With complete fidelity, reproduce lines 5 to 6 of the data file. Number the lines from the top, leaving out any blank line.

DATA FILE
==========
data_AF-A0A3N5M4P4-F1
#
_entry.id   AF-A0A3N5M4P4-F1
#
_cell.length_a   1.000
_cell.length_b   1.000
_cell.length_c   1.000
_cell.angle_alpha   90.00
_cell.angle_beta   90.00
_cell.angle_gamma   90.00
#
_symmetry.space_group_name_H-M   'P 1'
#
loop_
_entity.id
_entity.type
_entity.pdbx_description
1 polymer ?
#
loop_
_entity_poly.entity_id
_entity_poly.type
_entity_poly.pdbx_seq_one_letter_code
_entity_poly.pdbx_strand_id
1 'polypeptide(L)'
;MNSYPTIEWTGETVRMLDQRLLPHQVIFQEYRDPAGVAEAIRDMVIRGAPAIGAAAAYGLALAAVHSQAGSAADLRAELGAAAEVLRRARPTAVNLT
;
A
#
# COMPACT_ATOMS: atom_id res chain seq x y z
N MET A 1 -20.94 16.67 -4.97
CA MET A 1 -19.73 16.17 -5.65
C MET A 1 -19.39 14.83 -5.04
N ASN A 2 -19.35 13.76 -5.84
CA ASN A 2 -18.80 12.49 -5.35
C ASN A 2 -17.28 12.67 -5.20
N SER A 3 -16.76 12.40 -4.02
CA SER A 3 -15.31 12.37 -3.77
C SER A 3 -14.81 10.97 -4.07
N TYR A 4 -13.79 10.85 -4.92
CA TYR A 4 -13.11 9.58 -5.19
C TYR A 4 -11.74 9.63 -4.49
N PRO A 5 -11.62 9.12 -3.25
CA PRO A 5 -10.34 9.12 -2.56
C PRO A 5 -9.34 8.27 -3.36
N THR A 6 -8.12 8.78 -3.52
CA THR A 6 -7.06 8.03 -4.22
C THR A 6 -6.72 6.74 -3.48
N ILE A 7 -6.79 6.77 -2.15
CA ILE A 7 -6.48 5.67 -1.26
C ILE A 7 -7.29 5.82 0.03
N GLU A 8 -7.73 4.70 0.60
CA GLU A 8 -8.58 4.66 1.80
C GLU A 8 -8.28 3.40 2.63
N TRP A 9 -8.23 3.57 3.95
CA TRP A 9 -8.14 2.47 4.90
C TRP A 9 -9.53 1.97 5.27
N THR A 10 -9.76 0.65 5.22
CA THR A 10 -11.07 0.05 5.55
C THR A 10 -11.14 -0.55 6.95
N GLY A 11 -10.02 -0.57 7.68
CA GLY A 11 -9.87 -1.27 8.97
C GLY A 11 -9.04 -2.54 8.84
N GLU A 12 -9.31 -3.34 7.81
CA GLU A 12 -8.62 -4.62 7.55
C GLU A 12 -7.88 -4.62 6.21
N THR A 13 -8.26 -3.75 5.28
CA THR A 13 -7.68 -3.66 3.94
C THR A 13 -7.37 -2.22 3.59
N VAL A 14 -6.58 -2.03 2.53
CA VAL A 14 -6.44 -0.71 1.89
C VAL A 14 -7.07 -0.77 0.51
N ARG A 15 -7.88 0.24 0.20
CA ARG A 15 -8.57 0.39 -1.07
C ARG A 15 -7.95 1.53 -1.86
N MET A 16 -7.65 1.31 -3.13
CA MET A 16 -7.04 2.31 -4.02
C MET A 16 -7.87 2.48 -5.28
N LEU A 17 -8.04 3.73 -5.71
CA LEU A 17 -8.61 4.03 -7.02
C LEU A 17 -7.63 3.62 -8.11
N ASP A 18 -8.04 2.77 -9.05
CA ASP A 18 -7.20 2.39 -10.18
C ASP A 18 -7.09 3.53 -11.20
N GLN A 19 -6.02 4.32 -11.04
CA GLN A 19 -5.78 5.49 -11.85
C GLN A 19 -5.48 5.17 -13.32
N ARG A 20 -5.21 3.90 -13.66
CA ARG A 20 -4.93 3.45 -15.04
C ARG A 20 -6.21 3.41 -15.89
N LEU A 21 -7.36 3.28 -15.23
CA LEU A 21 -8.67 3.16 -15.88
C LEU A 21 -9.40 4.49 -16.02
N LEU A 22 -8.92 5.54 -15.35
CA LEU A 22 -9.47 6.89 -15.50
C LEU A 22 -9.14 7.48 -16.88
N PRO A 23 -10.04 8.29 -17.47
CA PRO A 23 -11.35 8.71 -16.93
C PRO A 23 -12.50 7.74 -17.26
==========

_cell.length_a   1.000
_cell.length_b   1.000